Christ I want a cigarette. I find the packet and fumble around for filters and a lighter.
The sun, now absent from the sky, holds the last of it’s light to this side of the earth. A Phillip Glass violin concerto plays on the radio and Flynn wanders towards the car and into the beam of the headlights.
The sight of him catches my breath.
Suddenly Flynn seems to emanate light. Somewhere within him, sitting housed in it’s flesh and bone home, comfortably wrapped in a jump suit, sacred and hatted, a light shines so bright it makes the sea grasses glow. And even though I know it’s the headlights it’s as though the light is a downward halo shining from him.
It’s so complete, so overwhelmingly right and true and disarming that I’m carried away further on the tide of emotion that’s risen, lost in it, aided by the heart opening sound from the car radio played by some unknown orchestra, recorded once upon a time and landing here now as if for this moment entirely. He’s so determined to help, to plant his tree and create life, but yet so easy with it, following his own curiosity and imagination with joyful intent.
My heart feels untethered. Detached from everything and yet simultaneously rooted within it in a way that seems impossible to fathom.
The beach becomes a mirror again and I imagine myself sitting in the opposite car, watching Flynn from behind. Watching the only thing that isn’t mirrored leave me. I’m sat in the car and all I see is a small dark silhouette capped with red. He’s walking away from me with that confident wobble across the long beach grass and now he pauses in the headlights of the other me. This little man. I wonder if he’ll look back before he goes. He pauses and I hold my breath. Will his gaze reach me?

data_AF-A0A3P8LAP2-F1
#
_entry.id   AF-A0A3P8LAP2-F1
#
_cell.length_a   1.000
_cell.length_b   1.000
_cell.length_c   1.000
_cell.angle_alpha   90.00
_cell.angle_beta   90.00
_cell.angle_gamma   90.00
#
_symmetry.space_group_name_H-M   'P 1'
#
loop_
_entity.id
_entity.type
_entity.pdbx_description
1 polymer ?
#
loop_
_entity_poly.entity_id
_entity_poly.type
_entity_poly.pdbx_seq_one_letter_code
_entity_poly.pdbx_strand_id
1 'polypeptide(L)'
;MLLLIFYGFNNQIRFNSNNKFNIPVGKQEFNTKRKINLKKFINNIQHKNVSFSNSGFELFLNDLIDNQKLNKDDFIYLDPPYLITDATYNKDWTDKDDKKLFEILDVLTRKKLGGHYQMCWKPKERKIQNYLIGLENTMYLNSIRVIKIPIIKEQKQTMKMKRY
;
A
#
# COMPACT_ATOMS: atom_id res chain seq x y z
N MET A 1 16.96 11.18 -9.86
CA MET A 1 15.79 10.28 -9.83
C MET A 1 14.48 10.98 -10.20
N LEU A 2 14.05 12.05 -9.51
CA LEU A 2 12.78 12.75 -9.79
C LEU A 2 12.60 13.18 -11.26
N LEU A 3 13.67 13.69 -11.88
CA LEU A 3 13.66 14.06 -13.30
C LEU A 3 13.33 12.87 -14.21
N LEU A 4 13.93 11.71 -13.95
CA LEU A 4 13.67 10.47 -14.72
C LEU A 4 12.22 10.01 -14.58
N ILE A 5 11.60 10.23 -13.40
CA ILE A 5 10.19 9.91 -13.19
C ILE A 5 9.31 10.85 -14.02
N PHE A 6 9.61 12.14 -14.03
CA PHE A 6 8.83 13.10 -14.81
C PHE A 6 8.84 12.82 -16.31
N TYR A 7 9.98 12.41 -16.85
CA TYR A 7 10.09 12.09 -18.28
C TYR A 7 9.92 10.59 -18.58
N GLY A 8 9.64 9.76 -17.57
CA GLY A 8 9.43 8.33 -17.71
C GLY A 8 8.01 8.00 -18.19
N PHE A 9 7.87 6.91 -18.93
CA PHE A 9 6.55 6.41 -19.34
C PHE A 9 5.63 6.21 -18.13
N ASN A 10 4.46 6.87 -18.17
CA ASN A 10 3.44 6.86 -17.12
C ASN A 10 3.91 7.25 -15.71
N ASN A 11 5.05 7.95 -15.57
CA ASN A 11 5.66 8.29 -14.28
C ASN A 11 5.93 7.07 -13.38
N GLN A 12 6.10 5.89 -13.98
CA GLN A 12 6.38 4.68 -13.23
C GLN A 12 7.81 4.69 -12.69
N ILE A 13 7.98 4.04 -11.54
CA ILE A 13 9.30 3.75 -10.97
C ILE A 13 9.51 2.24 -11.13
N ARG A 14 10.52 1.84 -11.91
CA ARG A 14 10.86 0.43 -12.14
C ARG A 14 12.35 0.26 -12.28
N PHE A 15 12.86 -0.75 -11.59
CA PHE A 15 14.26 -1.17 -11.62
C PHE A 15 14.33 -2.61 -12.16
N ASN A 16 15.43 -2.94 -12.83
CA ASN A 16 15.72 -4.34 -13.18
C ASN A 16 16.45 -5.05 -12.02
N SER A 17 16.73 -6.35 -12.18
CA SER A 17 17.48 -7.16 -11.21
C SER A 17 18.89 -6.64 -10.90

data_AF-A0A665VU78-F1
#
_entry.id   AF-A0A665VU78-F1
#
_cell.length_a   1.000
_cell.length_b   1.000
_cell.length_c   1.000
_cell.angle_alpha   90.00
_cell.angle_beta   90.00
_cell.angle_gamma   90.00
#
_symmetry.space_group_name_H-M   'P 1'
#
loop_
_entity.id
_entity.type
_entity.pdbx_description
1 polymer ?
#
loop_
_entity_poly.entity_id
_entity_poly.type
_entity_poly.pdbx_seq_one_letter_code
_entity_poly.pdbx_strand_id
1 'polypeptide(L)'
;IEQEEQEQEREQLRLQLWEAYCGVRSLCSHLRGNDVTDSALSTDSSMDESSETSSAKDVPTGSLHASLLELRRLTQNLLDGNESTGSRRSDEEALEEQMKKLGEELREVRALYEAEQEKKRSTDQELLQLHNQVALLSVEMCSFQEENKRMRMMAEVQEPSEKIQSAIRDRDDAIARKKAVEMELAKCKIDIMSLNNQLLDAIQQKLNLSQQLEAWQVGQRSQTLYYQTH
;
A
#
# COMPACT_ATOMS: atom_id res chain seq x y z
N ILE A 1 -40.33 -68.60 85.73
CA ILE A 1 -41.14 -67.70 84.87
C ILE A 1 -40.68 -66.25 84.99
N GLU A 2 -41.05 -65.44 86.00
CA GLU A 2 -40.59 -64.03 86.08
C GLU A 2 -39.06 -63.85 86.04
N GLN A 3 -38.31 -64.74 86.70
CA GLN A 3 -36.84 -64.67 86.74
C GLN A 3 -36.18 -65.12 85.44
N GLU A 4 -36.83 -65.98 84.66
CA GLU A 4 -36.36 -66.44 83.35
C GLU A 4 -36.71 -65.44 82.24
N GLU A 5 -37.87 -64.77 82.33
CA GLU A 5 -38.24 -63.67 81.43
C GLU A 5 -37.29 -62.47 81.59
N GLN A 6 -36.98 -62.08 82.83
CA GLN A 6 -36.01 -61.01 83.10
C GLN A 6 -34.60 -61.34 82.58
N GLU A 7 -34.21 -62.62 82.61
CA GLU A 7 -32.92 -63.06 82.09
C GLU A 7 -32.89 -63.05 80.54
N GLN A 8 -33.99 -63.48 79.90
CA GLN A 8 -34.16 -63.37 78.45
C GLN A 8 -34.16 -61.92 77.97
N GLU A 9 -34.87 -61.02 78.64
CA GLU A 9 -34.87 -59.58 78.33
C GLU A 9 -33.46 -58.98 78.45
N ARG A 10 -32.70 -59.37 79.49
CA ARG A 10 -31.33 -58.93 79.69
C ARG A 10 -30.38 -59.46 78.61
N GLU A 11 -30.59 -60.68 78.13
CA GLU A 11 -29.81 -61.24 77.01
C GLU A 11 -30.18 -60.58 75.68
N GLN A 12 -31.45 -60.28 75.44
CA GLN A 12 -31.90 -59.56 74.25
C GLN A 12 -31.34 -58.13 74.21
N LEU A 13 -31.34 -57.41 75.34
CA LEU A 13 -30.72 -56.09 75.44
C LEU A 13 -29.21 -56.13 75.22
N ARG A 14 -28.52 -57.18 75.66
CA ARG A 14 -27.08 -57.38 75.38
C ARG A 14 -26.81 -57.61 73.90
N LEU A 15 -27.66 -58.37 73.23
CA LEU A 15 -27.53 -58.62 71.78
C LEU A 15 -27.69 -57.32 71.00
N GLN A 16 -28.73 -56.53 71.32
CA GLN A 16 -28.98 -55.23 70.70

Then I’m back in my body in my own parked car. With tears rolling down my cheeks I open the door and step out into the air. I roll and light the cigarette, ignoring myself and inhaling deeply. I smoke for a minute, coming back to earth, then call to Flynn.
‘Time to go!’
‘Time to go!’ Flynn repeats, already climbing in through the back door and into his seat.
Such a pure heart, no conflict built between what’s outside and what’s inside, none of the friction that comes with lies and secrets and all the peculiar entanglements of life and living. I love him. I envy him. He doesn’t yet not want to have a cigarette.
Ben Lambert is Creative Director of A Thousand Word Photos. He has been acting professionally for over fifteen years working in theatre west end, off-west end and nationally, films long and short, Television and Radio. Originally trained at Central School of Speech and Drama he is also a long standing member of the Factory Theatre Company. He is interested in telling stories and being told them. Having devised the Listeners Project he also writes, directs and produces short films. You can find him here @benjaminlambert_